Tag Archives: School Choice

An Expanded Federal Role in School Choice? No Thanks.

In yet another illustration of his selective embrace of conservative precepts, President-Elect Trump has proposed an expanded federal role in school choice. His nomination of Betsy DeVos for Secretary of Education, a long-time leader in the school choice movement, reaffirms this campaign commitment and foreshadows a difficult choice for Republicans in Congress.

Betsy DeVos

On the one hand, DeVos could use the purse strings of the U.S. Department of Education (USED) to significantly expand the school options available to families. On the other hand, a federal role in another area of education policy – traditionally (and constitutionally) reserved for the states – asks conservative school choice proponents to swallow a bitter pill. The new administration will need congressional Republicans to support its ambitions for school choice, but they should not sacrifice federalism on the altar of school choice.

No matter how carefully designed or who is at the helm, introducing a federal role in national school choice policies is a Pandora’s box. Some believe it would be possible to walk the line. Former Bellwether partner and current AEI resident fellow Andy Smarick recently suggested federal policymakers could use the existing federal Charter Schools Program (CSP) as a model for supporting school choice without a wanton expansion of the federal role.

The CSP is probably the best example of how USED has supported the growth of the charter sector and the closest proxy for a parallel federal investment in school choice. But it’s important not to romanticize it. Along with other high-profile federal grant programs (e.g. Race to the Top, Teacher Incentive Fund, Investing in Innovation), the CSP grant has allowed the federal government to weigh in on questions previously reserved for state and local policymakers.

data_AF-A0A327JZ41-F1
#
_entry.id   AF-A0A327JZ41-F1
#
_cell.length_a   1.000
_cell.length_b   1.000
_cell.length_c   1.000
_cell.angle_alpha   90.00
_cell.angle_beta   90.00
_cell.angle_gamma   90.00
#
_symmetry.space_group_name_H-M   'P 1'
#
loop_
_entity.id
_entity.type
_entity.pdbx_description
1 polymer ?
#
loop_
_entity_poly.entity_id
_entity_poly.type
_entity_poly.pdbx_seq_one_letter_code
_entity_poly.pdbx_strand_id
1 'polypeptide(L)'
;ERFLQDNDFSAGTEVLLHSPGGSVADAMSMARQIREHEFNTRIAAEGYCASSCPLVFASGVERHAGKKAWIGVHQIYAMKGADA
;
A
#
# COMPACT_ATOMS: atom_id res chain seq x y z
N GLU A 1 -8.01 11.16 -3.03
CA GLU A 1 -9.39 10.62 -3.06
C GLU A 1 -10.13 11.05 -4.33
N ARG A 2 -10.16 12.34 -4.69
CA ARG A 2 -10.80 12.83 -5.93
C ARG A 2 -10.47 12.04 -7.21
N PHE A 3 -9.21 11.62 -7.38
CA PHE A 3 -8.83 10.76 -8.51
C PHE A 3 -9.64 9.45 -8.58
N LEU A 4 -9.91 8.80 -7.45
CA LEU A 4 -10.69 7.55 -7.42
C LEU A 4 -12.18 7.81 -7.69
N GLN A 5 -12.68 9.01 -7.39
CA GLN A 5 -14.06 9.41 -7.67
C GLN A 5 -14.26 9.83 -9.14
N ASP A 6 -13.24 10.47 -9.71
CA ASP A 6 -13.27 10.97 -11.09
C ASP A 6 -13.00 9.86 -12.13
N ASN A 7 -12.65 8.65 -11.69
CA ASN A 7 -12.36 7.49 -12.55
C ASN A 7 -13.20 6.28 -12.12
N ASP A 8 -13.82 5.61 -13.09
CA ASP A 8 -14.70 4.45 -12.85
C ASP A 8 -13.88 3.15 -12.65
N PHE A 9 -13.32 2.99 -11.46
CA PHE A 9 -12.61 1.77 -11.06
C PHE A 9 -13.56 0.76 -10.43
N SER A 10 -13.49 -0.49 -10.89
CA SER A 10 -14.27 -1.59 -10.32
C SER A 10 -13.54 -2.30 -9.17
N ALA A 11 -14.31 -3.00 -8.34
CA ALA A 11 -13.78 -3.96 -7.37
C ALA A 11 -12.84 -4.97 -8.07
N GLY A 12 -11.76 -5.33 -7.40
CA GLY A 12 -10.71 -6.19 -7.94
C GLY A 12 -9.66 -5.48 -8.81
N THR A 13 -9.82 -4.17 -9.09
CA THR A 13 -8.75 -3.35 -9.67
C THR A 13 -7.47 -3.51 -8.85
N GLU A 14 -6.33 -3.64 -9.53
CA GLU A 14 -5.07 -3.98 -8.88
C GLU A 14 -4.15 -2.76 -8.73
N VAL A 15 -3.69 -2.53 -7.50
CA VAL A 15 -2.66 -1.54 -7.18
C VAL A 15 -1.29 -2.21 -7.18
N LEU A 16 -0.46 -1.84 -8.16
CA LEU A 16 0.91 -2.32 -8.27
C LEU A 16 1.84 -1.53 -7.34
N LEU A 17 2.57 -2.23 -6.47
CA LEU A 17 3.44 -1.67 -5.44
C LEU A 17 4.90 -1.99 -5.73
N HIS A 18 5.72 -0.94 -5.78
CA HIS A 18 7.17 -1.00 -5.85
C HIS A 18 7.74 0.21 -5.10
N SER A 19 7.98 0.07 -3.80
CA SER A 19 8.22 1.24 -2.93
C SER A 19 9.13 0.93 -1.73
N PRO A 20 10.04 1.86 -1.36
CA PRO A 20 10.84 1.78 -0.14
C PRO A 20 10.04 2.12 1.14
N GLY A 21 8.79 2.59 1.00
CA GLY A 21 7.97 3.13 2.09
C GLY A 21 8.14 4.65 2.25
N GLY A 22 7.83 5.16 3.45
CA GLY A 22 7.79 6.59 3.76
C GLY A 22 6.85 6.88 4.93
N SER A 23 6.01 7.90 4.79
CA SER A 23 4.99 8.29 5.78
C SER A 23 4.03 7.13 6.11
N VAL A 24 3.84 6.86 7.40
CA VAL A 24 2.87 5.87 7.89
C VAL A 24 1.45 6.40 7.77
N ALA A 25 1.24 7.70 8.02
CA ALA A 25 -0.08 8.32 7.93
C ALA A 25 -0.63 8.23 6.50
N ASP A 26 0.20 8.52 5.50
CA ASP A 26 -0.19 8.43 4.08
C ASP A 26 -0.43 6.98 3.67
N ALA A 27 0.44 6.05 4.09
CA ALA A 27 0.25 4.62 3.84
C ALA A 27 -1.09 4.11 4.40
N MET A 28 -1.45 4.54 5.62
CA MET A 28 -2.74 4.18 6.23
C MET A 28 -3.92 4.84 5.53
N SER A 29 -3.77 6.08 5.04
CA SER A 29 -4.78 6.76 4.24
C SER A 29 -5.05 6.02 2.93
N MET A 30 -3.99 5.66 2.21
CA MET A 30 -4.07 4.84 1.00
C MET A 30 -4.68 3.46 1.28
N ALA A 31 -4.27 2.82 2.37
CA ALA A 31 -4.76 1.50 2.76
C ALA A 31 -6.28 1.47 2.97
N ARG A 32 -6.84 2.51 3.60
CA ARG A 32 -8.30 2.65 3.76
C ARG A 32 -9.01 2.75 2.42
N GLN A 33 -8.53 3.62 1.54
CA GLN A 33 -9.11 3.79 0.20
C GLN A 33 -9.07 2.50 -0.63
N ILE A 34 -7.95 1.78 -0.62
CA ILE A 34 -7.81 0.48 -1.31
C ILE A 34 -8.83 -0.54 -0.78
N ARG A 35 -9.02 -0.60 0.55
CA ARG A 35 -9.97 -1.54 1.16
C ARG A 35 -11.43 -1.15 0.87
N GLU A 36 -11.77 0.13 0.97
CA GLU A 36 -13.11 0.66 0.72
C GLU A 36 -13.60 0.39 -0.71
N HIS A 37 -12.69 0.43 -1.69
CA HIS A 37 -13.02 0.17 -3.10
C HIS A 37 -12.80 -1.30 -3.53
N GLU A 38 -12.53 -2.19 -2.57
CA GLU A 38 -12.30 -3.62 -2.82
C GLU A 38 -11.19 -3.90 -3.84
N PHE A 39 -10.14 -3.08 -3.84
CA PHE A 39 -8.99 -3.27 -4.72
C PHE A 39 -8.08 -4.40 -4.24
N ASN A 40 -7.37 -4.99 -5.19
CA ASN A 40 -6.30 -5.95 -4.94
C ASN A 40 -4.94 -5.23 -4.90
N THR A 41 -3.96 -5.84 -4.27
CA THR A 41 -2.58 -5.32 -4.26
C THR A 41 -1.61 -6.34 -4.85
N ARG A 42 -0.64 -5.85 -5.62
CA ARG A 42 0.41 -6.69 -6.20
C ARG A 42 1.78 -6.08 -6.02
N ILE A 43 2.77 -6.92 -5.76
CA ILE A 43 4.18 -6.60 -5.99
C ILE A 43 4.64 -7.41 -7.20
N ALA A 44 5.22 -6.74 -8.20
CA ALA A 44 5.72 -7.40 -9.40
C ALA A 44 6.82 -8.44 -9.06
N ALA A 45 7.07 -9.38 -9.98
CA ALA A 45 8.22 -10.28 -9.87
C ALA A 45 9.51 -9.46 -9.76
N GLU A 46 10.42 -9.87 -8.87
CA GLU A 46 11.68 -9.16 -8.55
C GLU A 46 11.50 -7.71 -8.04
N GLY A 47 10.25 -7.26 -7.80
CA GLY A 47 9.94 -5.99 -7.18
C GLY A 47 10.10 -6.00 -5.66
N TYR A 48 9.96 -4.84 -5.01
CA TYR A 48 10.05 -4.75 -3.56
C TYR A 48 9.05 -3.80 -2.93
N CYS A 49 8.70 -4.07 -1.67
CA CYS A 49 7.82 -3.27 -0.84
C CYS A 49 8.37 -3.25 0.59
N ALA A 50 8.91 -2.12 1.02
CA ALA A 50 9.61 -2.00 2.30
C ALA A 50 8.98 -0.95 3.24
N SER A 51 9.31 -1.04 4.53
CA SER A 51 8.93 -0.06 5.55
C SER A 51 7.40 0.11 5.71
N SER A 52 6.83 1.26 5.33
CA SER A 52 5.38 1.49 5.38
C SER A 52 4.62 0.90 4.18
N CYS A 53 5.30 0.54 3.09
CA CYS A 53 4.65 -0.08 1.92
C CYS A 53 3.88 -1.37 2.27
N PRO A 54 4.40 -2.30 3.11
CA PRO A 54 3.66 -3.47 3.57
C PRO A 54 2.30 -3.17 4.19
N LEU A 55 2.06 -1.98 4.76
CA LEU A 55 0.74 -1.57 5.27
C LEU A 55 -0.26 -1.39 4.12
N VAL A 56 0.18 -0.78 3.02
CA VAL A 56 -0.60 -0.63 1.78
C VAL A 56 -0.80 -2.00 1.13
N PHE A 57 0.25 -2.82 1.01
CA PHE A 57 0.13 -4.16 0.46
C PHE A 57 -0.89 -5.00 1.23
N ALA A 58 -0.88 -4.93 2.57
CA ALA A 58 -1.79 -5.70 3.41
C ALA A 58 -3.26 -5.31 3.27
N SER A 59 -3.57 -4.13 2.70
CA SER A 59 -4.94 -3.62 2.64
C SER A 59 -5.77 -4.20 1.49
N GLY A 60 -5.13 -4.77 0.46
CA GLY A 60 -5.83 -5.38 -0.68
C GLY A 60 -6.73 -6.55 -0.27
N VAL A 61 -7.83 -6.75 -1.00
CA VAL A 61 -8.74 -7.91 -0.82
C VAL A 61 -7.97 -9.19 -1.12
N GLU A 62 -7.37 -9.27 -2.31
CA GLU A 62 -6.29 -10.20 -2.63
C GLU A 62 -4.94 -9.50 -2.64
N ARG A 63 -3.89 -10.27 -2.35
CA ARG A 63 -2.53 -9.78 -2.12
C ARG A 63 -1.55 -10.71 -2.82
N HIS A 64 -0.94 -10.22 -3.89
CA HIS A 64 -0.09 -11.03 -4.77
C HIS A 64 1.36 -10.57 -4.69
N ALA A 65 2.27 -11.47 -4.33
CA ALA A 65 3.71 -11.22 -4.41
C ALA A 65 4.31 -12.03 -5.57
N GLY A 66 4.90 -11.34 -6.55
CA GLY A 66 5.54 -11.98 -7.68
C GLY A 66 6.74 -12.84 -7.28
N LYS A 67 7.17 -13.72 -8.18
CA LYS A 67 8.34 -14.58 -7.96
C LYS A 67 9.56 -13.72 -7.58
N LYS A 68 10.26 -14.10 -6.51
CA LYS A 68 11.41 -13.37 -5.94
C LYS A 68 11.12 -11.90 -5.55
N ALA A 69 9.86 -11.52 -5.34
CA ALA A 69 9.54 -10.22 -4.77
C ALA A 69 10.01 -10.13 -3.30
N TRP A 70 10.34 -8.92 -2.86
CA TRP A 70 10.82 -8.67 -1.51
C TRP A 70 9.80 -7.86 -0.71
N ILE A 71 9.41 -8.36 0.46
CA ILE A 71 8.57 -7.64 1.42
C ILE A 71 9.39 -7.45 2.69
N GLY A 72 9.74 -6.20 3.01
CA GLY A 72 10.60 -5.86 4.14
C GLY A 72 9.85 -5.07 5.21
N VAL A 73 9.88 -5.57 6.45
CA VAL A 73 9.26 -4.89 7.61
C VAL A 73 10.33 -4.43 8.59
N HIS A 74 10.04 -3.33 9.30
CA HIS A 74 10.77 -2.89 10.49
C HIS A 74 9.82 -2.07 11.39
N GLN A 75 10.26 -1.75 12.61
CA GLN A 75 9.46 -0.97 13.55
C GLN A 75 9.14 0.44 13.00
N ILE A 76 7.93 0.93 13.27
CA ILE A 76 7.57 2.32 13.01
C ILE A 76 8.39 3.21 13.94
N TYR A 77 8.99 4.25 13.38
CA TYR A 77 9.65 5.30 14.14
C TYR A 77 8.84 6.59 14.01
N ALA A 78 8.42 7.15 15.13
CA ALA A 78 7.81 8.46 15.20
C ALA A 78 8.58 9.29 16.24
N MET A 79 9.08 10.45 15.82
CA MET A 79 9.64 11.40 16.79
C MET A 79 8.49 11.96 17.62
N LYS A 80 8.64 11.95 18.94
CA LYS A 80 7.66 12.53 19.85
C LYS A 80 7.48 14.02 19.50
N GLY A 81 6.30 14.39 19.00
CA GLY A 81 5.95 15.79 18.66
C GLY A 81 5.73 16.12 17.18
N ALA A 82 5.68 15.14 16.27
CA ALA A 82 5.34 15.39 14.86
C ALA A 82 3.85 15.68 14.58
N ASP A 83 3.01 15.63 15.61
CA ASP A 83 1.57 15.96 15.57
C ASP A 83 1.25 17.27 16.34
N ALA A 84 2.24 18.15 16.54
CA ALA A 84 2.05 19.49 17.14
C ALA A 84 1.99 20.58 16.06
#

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Four (or More) Ideas for Trump’s Education Agenda

It’s over. Finally. Now we all return to calm, reasoned litigation of important issues and cat videos, right? Just kidding, I never liked cat videos anyway.

But seriously, now Donald Trump must shift attention away from winning the election to the business of governing. The President-elect and his transition team must translate all those vague platitudes and pledges to fix our nation’s ills into actual policies and plans, and then select people to lead those efforts.donald-trump-1332922_640

This summer after the conventions, Bellwether published a collection of 16 education policy ideas for the next president. The collection ranges in topics and ideological perspectives — its intention was to provide actionable ideas that could appeal to either campaign and jump start the creation of an education agenda no matter who prevailed on November 8.

Now that we know who will occupy the oval office in January, the next question is how will President-elect Trump’s plans for education shape up.

Throughout the election, the Trump campaign’s primary education focus was school choice. Based on that priority, we think several 16 for 16 suggestions would align well with a Trump administration education agenda centered on creating more education options and empowering families:

  1. Providing federal support to spur development of a range of school options across sectors, public and private (Chapter 12)
  2. Doubling down on the successes of the Charter School Program to seed more autonomous public schools (Chapter 1)
  3. Adapting the successful federal incentives program that drives private investment and development of affordable housing to encourage private investment in charter school facilities (Chapter 10)
  4. Empowering families to create and influence schools that meet their children’s and their communities’ particular needs (Chapter 15)

There are a host of other ideas in our collection that would enable better federal support for students in all our public schools — ranging from the expansion of proven mentoring programs to healthier food for students in the federal government’s multi-billion dollar National School Lunch program. Some ideas are nuts and bolts, good government plays (improving the way the Department of Education holds grantees accountable for results), while others are more cutting edge and innovative (bringing the technology underpinning Bitcoin into the education data space).